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Eight tips for sending the perfect business greeting card

Looking out the window on a fall day, it’s clear the season is changing. Soon the goblin and ghoul decor will be replaced by evergreens and red-nosed reindeer, and pumpkin spice lattes will be traded for peppermint mochas. Love it or hate it, the holiday season is fast approaching.

As every good marketer knows, spreading holiday cheer is not just good manners; it’s an invaluable opportunity to reach out to existing and potential clients. However, keep in mind that firms receive hundreds of cards and gifts during the season. If a firm’s goal of holiday giving is to show gratitude and to ensure that it stay top of mind, its current efforts may be failing.

Think, for a moment, about the life cycle of a holiday card. Many hours are spent creating a card with a perfect snowcapped mountain, a beautiful sentimental greeting and perhaps a puppy. Next, it’s sent to the printer, and to avoid writer’s cramp, signatures are printed on the card.

Then it’s in the hands of the postal service. The card arrives in a client’s office among a stack of 20 other green and red envelopes. The card is quickly removed, scotch tape is slapped on the back and it makes its way to the “wall of cards” in the front lobby never to be read again.

You may be thinking e-cards are the best alternative to avoid this fate, but you have a different obstacle: the in-box. E-cards are becoming so popular that many professionals barely have time to open them all. Humor, animation and sound seem to be the features that set one card apart from the next. Critics say e-cards can be impersonal; however, entertaining and engaging ones can avoid this pitfall.

Gifts can present many of the same obstacles. A gift basket, for example, can be received much like a card: the cellophane is removed, the card is added to the wall and the basket is placed in the break room for all to enjoy. The anonymous food donation was much appreciated.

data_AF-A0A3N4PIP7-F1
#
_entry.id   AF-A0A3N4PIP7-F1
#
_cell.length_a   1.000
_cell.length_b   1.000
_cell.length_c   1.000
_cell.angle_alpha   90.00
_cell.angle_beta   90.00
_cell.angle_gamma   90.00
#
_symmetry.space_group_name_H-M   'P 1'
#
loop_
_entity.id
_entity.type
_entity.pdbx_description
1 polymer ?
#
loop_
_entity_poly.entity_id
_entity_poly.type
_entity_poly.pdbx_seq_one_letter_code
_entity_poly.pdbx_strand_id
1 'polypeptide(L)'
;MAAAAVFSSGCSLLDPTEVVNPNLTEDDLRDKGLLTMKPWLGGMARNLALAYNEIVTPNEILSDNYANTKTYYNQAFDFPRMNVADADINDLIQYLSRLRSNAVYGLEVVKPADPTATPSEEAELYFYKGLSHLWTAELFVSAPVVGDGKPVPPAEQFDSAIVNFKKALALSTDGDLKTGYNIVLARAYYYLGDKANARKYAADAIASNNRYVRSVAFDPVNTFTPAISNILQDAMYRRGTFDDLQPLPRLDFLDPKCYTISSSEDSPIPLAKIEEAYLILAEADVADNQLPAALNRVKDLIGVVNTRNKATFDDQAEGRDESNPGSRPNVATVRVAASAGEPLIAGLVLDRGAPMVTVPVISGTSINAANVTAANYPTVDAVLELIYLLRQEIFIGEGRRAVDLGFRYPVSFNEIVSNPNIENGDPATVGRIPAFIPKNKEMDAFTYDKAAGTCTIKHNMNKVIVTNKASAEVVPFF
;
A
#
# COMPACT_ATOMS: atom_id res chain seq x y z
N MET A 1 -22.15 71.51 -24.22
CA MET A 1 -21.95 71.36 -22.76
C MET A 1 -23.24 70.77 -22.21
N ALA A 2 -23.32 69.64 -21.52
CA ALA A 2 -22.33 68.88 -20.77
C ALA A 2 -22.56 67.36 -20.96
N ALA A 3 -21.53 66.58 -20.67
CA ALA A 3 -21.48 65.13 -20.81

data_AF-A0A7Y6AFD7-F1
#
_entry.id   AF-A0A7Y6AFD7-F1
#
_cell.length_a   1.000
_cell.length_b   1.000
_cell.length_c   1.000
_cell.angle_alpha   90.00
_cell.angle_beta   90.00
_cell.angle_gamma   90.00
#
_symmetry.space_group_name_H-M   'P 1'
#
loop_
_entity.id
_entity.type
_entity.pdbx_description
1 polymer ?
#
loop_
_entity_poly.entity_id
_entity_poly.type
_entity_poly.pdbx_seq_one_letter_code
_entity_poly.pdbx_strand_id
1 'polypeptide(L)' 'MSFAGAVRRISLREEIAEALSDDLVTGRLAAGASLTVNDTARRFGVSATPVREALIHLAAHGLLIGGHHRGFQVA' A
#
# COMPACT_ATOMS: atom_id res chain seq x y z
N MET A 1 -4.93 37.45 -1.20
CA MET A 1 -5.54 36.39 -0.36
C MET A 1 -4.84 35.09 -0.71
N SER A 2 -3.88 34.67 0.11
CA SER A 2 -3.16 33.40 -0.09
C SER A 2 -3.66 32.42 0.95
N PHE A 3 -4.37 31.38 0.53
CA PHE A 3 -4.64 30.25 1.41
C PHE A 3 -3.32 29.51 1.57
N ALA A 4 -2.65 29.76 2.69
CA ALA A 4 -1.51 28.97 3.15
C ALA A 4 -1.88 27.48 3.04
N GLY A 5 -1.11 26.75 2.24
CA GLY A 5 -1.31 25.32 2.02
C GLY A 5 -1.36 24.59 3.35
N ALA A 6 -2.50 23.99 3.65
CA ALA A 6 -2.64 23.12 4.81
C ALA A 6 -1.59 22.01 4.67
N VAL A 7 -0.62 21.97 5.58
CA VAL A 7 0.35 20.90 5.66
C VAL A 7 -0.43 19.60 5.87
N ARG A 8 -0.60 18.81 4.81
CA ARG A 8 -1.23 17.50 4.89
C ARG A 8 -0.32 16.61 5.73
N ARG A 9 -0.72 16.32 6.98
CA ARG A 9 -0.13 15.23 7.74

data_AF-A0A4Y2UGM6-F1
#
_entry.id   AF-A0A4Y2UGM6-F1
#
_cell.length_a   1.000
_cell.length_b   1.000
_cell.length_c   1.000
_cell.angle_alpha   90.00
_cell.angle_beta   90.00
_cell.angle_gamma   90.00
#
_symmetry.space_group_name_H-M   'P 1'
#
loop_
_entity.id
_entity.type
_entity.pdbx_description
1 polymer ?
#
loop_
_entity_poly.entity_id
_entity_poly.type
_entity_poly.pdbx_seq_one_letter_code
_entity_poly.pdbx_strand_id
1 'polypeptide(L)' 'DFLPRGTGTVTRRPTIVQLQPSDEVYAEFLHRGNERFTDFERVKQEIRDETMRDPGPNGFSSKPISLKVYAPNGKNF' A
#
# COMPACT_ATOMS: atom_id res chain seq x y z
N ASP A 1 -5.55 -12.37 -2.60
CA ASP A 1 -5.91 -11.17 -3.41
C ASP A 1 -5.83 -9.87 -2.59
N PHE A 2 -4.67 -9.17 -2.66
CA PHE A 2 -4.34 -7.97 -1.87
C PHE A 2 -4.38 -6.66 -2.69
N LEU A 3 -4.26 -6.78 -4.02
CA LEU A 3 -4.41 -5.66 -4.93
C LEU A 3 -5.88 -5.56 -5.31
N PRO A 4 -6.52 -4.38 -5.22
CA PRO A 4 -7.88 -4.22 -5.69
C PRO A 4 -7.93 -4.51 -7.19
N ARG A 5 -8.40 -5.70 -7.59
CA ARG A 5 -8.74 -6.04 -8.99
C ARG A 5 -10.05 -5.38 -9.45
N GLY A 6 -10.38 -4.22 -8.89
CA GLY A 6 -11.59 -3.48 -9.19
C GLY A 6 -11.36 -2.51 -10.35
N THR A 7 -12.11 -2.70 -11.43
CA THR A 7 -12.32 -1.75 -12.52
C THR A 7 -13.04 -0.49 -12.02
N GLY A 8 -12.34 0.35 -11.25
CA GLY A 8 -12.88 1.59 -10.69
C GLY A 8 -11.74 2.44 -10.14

Here are some tips to help you make a good impression this year:

Stand out

1. If sending a traditional holiday card, sign the card personally. If you can’t make time to quickly sign a card, what message are you sending the client?

2. Send the card directly to your contact. Yes, you may have to send more than one card to a firm, but a personal card means so much more and it’s important for it to land in the right hands.

3. Choose another holiday to reach out to clients. Fewer people are vying for your client’s attention at other times, so a gift will stand out – no matter what it is. For example, host a Thanksgiving-style luncheon for clients and be sure to tell them why you’re thankful for their business.

4. Be creative. Try sending a video message instead of an e-card. Consider sending a cookie card instead of a paper card. When it comes to your top clients, start thinking bigger. You could send carolers to your client’s lobby for a few minutes of holiday cheer. Or go really big: Send a Santa flash mob to your client’s building. You will not only grab their attention, but also become a YouTube sensation.

5. Research to learn which gifts are already being given this year. A quick Internet search will tell you that nearly half of companies give out calendars during the holidays.

Know your client

1. If your client is an environmental firm, a paper card is a big no-no and a gift with a lot of packaging is out of the question. The worst thing you could do is send a gift that contradicts a company’s mission. The client will remember you, but for all the wrong reasons.

2. Does your client have a charitable foundation? Would a donation in lieu of a gift mean more to the firm than a material item?

3. Can your client accept gifts? The public sector can be tricky. Become familiar with state ethics guidelines (ORS Chapter 244) before purchasing gifts for government clients.

Making a lasting impression is important for both big firms and small ones. This is the one time of the year it’s socially acceptable to contact a potential client unsolicited. Make the most of this opportunity: plan ahead, research trends and be creative.

Penny Williams is a marketing coordinator for Harper Houf Peterson Righellis Inc. Contact her at 503-221-1131 or at pennyw@hhpr.com.

About Penny Williams